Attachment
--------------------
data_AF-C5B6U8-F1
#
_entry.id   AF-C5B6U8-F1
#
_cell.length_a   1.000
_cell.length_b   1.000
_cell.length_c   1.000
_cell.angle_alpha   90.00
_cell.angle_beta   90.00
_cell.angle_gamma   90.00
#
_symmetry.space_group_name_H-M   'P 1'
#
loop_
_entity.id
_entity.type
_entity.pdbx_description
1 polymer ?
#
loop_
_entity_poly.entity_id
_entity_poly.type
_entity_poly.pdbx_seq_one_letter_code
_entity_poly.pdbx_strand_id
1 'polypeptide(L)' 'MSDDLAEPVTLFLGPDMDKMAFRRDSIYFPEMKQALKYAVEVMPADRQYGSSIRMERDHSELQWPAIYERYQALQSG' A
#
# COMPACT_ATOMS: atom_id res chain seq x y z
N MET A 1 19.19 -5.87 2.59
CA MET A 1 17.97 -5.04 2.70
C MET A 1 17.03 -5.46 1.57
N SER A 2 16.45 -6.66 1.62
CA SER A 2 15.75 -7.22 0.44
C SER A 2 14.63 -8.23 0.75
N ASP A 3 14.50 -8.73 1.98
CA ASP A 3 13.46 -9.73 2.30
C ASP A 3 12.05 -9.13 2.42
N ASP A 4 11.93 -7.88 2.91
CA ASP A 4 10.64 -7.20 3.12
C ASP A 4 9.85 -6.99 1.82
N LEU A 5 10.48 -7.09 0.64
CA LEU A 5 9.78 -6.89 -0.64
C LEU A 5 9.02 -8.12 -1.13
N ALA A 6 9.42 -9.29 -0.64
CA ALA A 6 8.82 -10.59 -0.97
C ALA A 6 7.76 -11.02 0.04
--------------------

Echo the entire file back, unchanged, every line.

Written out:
data_AF-C5B6U8-F1
#
_entry.id   AF-C5B6U8-F1
#
_cell.length_a   1.000
_cell.length_b   1.000
_cell.length_c   1.000
_cell.angle_alpha   90.00
_cell.angle_beta   90.00
_cell.angle_gamma   90.00
#
_symmetry.space_group_name_H-M   'P 1'
#
loop_
_entity.id
_entity.type
_entity.pdbx_description
1 polymer ?
#
loop_
_entity_poly.entity_id
_entity_poly.type
_entity_poly.pdbx_seq_one_letter_code
_entity_poly.pdbx_strand_id
1 'polypeptide(L)' 'MSDDLAEPVTLFLGPDMDKMAFRRDSIYFPEMKQALKYAVEVMPADRQYGSSIRMERDHSELQWPAIYERYQALQSG' A
#
# COMPACT_ATOMS: atom_id res chain seq x y z
N MET A 1 19.19 -5.87 2.59
CA MET A 1 17.97 -5.04 2.70
C MET A 1 17.03 -5.46 1.57
N SER A 2 16.45 -6.66 1.62
CA SER A 2 15.75 -7.22 0.44
C SER A 2 14.63 -8.23 0.75
N ASP A 3 14.50 -8.73 1.98
CA ASP A 3 13.46 -9.73 2.30
C ASP A 3 12.05 -9.13 2.42
N ASP A 4 11.93 -7.88 2.91
CA ASP A 4 10.64 -7.20 3.12
C ASP A 4 9.85 -6.99 1.82
N LEU A 5 10.48 -7.09 0.64
CA LEU A 5 9.78 -6.89 -0.64
C LEU A 5 9.02 -8.12 -1.13
N ALA A 6 9.42 -9.29 -0.64
CA ALA A 6 8.82 -10.59 -0.97
C ALA A 6 7.76 -11.02 0.04